What key points should I include in a safety talk about slips, trips, and falls?

Presented by: Tingley


Q:

What key points should I include in a safety talk about slips, trips, and falls?

A:

Slips, trips, and falls are among the leading cause of injuries in the US, often resulting in sprains, strains, fractures, broken bones, or concussions.

Millions of slips, trips and falls occur every year costing billions of dollars in legal costs, lost production, medical costs, workers compensation costs, insurance costs, and other hidden costs.

(Learn about Third Party Negligence in Slip and Fall Accidents.)

Falls from the same level occur for two major reasons:

  • Trips, which happen when a person collides with something causing them to lose balance and fall
  • Slips, which occur because of a loss of traction or insufficient friction between your footwear and the surface

When you're giving a safety talk about slips and trips, you should cover the hazards present on the worksite and the controls that can prevent these incidents from taking place.

Make sure your employees recognize the following hazards:

  • Potential falls from flat beds, trailers, and other mobile equipment
  • Debris in walkways from inadequate housekeeping
  • Snow and ice
  • Wet surfaces
  • Greasy and oily surfaces
  • Hidden tripping or slipping hazards (e.g. tarps under snow or snow covered tripping hazards)
  • Uneven surfaces
  • Ankle busters (e.g. large rocks in a walkway)
  • Insufficient lighting
  • Not seeing where you are going while carrying large loads
  • Changes in elevation and levels
  • Inadequately cleaned steps or loose stair treads
  • Weather obstructing the view (dust or snow)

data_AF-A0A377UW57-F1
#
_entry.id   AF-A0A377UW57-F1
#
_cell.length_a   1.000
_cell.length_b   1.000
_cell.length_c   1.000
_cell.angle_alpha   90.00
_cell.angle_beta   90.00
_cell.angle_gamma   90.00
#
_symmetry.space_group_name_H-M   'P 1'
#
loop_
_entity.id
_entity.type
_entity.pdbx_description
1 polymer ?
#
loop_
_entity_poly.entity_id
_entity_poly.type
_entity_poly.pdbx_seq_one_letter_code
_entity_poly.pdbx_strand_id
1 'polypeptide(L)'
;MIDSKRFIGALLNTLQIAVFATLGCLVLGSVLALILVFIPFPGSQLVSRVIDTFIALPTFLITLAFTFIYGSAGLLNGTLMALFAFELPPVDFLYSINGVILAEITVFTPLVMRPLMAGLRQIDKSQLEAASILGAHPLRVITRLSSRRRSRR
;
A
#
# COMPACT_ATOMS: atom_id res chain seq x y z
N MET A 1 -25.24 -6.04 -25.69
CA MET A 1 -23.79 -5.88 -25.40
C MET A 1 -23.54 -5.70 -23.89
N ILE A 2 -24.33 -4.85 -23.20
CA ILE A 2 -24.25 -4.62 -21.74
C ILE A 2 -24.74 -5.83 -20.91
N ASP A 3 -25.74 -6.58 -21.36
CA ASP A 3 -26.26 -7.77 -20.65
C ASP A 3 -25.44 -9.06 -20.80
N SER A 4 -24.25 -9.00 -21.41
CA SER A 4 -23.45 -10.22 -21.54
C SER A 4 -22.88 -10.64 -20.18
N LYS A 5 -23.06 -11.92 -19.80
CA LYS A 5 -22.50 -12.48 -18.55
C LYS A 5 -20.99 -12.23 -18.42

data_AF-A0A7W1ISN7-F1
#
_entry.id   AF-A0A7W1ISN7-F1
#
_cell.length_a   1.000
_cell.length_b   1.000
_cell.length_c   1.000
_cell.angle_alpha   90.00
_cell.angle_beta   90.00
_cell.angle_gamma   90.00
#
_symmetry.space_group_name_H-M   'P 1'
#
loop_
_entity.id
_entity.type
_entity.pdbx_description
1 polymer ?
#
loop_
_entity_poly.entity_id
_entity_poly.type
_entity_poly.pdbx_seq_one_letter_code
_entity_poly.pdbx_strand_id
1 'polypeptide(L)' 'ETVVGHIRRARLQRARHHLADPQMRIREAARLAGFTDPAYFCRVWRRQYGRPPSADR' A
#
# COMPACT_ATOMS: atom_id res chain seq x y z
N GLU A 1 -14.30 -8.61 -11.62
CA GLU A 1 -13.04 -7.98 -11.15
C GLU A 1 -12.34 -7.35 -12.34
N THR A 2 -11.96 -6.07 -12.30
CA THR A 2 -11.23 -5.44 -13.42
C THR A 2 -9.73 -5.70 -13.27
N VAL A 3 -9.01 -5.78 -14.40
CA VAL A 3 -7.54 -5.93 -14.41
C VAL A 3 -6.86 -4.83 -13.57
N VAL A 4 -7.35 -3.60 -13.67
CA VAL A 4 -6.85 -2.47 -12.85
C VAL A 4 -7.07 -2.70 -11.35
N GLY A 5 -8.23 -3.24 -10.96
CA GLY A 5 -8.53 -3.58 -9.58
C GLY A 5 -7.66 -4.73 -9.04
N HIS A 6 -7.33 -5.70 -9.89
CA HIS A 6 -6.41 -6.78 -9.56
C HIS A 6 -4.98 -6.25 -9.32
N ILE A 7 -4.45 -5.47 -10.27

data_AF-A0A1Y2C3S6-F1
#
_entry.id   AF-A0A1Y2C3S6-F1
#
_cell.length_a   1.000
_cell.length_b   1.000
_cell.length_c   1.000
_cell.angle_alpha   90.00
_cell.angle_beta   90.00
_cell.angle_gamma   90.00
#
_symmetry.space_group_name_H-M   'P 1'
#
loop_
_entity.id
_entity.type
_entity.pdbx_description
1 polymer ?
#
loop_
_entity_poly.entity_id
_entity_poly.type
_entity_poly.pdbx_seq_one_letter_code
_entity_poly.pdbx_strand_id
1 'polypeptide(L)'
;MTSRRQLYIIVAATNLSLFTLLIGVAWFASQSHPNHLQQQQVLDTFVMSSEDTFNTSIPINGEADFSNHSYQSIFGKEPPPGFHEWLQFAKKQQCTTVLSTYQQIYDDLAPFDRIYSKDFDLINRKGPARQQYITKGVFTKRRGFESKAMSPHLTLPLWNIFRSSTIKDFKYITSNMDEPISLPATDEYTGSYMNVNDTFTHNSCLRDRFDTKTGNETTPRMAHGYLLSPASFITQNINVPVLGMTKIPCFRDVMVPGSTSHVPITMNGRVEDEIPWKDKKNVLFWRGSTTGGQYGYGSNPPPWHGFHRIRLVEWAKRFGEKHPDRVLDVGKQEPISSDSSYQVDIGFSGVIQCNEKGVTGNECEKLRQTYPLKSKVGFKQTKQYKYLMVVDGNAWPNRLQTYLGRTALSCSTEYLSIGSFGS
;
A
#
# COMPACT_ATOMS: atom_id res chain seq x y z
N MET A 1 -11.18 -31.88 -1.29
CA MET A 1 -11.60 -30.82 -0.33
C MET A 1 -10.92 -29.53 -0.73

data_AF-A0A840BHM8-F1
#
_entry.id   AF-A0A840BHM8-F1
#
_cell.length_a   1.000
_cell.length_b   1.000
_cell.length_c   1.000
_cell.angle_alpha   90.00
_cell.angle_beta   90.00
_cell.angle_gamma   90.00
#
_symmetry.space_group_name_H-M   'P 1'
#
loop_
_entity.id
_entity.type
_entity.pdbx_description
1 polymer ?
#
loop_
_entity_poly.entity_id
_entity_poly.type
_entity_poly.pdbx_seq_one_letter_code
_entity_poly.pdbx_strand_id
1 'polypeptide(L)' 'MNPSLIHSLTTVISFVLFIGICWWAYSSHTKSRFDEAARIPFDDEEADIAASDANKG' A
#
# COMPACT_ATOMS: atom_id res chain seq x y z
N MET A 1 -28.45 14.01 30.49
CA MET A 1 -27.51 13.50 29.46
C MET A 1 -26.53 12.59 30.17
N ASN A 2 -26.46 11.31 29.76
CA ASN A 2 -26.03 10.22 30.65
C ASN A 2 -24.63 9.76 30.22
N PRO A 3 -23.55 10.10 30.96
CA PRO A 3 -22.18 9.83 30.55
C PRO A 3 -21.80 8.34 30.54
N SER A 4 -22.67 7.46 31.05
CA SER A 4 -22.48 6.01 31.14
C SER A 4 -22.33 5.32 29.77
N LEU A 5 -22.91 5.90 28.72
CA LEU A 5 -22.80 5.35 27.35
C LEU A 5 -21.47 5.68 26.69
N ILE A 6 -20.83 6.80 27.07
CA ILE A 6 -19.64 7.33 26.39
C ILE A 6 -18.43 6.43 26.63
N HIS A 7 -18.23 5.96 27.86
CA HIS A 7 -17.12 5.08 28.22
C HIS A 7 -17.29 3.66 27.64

• Insufficient or missing guardrails and handrails
  • Footwear that isn’t suitable for the environment
  • Rushing or running
  • Using a phone while walking or going up and down stairs

Make sure your employees also know how these hazards can be controlled.

  • Using suitable footwear
  • Performing regular housekeeping tasks and keeping the work area organized
  • Using ladders to access flat beds, trailers and other mobile equipment
  • Clearing snow and ice from walkways
  • Marking wet surfaces
  • Getting help when carrying large loads
  • Cleaning oily and greasy surfaces
  • Reporting any problems with guardrails or handrails
  • Using signage to indicate changes in elevation
  • Taping down chords and cables or using step-overs

Workers should be encouraged to take the initiative to fix minor issues, like moving tripping hazards out of the way or salting icy walking surfaces. Other hazards should be reported to supervisors.

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Written by Todd Wells
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Todd Wells is a safety professional who works to turn complex projects into successes, implementing effective safety initiatives and consistently achieving measurable positive results on his projects.

Todd is currently a Surface Safety Coordinator with Hatch and understands that world-class safety is about establishing a culture that manages risks and workplace behaviors that cost money.

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